Hacking has become an integral part of the Internet age. The whole world often talks about such events. We will also talk about it today.
The world depends on modern technology, and without it, it would often be impossible for government institutions, infrastructure, companies and ordinary people to function. This dependence also has an inherent negative side – cybercriminals who constantly expose us all to hacker attacks. Unfortunately, these attacks are often quite effective, leading to the theft of personal data, state and corporate secrets, and are used for malicious purposes such as espionage, blackmail, raiding, extortion, etc.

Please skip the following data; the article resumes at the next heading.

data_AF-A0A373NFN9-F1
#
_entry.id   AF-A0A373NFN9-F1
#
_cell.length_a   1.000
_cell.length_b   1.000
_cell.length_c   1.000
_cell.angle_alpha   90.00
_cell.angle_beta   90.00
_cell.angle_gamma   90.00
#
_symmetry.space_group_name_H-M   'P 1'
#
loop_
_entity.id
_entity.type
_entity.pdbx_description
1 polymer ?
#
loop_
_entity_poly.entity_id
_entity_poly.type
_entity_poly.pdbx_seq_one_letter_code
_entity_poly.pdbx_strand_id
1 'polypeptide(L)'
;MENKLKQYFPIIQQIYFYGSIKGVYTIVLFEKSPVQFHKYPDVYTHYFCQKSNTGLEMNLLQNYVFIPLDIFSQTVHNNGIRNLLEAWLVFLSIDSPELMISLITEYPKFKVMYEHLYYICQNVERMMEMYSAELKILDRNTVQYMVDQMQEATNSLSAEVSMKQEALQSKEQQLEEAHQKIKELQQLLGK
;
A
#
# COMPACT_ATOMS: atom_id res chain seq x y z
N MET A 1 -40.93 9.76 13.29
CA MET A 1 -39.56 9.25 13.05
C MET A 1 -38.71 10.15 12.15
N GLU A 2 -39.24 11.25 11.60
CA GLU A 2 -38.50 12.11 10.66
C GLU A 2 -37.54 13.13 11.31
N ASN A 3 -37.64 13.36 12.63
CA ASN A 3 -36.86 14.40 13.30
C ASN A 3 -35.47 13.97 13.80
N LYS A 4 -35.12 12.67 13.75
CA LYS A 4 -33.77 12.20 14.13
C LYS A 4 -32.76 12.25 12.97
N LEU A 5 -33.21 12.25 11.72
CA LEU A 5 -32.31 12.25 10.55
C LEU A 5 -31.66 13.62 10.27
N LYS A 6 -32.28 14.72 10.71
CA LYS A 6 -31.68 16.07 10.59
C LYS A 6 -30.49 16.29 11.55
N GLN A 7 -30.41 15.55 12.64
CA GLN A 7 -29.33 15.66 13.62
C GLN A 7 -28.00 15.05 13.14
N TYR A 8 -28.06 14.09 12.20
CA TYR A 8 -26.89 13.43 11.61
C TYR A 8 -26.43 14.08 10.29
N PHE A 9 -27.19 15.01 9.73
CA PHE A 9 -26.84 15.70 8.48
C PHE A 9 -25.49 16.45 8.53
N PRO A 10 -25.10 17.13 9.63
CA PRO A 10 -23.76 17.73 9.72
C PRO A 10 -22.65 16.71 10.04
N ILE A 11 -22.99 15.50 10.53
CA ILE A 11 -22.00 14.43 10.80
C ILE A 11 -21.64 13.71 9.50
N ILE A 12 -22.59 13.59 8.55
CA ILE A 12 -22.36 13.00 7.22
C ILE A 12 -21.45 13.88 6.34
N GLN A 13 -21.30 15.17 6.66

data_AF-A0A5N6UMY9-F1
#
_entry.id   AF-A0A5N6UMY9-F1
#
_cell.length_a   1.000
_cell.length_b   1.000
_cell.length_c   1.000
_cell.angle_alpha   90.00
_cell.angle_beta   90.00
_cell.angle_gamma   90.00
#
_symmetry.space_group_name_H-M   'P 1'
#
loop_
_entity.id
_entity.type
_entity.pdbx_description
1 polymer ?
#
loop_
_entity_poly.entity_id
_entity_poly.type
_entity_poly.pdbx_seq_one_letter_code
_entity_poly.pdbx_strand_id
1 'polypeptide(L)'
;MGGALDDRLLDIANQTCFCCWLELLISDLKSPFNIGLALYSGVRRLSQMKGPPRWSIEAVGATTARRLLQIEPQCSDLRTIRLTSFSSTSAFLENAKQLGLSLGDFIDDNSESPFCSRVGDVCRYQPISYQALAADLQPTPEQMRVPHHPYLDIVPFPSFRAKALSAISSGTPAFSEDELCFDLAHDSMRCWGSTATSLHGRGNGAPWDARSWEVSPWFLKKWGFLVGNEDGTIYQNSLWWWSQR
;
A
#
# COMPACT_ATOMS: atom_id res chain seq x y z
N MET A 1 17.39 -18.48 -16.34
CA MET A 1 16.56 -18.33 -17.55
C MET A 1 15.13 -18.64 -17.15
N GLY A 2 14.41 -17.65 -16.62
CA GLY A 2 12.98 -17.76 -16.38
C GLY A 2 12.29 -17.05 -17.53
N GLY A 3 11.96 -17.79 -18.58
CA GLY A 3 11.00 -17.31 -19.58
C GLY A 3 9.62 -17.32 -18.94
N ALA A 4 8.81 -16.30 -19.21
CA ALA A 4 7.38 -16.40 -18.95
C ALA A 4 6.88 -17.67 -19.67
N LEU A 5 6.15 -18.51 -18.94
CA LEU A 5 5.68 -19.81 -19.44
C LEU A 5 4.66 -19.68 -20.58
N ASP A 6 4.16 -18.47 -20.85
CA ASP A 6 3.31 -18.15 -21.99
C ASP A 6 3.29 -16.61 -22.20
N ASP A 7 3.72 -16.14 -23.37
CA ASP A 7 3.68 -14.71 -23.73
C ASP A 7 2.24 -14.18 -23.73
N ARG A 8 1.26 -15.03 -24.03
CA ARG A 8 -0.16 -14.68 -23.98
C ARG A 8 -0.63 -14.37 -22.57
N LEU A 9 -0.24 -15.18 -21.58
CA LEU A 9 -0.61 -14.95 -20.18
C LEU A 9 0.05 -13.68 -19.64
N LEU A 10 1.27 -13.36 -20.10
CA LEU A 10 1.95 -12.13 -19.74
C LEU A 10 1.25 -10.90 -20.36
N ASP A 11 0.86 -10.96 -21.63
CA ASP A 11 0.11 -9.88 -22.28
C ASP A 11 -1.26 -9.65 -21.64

There have been many successful hacker attacks in the history of computer networks and the Internet. Cybercriminals have targeted a wide variety of targets, ranging from government and financial institutions to pipeline operators, industrial enterprises, energy facilities, etc. Sometimes, the damage caused by hackers led to a real collapse in certain industries, such as energy, transport and others, and required a huge amount of human and financial resources to overcome the consequences. We have selected a few examples of such hacker attacks and, unfortunately, we have to state that the level of electronic security in the world has not improved at all in recent years.
Let’s take a look at some of the most famous hacks that have gone down in history.